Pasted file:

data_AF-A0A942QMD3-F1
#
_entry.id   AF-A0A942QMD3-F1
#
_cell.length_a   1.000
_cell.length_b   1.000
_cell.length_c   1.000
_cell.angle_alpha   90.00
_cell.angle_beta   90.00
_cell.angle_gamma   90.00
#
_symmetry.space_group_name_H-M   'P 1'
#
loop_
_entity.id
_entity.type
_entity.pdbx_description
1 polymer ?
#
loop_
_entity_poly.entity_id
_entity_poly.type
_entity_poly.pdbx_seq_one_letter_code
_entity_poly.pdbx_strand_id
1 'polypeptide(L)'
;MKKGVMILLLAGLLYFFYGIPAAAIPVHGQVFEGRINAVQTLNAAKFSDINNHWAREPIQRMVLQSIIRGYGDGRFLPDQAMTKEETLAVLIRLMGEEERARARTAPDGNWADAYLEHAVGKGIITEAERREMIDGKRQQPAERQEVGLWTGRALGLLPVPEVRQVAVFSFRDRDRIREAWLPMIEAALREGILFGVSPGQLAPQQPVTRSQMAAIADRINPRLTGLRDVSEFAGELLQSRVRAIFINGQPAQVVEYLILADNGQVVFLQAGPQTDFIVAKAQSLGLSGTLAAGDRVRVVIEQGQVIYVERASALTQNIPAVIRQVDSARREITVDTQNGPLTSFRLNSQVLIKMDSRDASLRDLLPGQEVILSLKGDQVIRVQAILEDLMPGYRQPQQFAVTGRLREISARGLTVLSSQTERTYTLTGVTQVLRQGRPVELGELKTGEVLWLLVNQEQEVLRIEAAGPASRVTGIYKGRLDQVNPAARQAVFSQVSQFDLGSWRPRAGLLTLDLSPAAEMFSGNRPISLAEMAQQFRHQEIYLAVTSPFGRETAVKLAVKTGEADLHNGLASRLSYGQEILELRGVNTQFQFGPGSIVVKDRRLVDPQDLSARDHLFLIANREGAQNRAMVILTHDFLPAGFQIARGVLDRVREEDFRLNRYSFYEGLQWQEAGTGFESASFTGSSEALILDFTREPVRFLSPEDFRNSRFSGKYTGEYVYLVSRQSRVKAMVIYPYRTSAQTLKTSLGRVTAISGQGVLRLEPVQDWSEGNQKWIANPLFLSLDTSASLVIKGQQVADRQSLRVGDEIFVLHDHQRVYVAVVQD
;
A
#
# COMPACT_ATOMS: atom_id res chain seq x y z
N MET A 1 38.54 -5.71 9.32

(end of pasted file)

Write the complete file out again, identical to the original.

data_AF-A0A942QMD3-F1
#
_entry.id   AF-A0A942QMD3-F1
#
_cell.length_a   1.000
_cell.length_b   1.000
_cell.length_c   1.000
_cell.angle_alpha   90.00
_cell.angle_beta   90.00
_cell.angle_gamma   90.00
#
_symmetry.space_group_name_H-M   'P 1'
#
loop_
_entity.id
_entity.type
_entity.pdbx_description
1 polymer ?
#
loop_
_entity_poly.entity_id
_entity_poly.type
_entity_poly.pdbx_seq_one_letter_code
_entity_poly.pdbx_strand_id
1 'polypeptide(L)'
;MKKGVMILLLAGLLYFFYGIPAAAIPVHGQVFEGRINAVQTLNAAKFSDINNHWAREPIQRMVLQSIIRGYGDGRFLPDQAMTKEETLAVLIRLMGEEERARARTAPDGNWADAYLEHAVGKGIITEAERREMIDGKRQQPAERQEVGLWTGRALGLLPVPEVRQVAVFSFRDRDRIREAWLPMIEAALREGILFGVSPGQLAPQQPVTRSQMAAIADRINPRLTGLRDVSEFAGELLQSRVRAIFINGQPAQVVEYLILADNGQVVFLQAGPQTDFIVAKAQSLGLSGTLAAGDRVRVVIEQGQVIYVERASALTQNIPAVIRQVDSARREITVDTQNGPLTSFRLNSQVLIKMDSRDASLRDLLPGQEVILSLKGDQVIRVQAILEDLMPGYRQPQQFAVTGRLREISARGLTVLSSQTERTYTLTGVTQVLRQGRPVELGELKTGEVLWLLVNQEQEVLRIEAAGPASRVTGIYKGRLDQVNPAARQAVFSQVSQFDLGSWRPRAGLLTLDLSPAAEMFSGNRPISLAEMAQQFRHQEIYLAVTSPFGRETAVKLAVKTGEADLHNGLASRLSYGQEILELRGVNTQFQFGPGSIVVKDRRLVDPQDLSARDHLFLIANREGAQNRAMVILTHDFLPAGFQIARGVLDRVREEDFRLNRYSFYEGLQWQEAGTGFESASFTGSSEALILDFTREPVRFLSPEDFRNSRFSGKYTGEYVYLVSRQSRVKAMVIYPYRTSAQTLKTSLGRVTAISGQGVLRLEPVQDWSEGNQKWIANPLFLSLDTSASLVIKGQQVADRQSLRVGDEIFVLHDHQRVYVAVVQD
;
A
#
# COMPACT_ATOMS: atom_id res chain seq x y z
N MET A 1 38.54 -5.71 9.32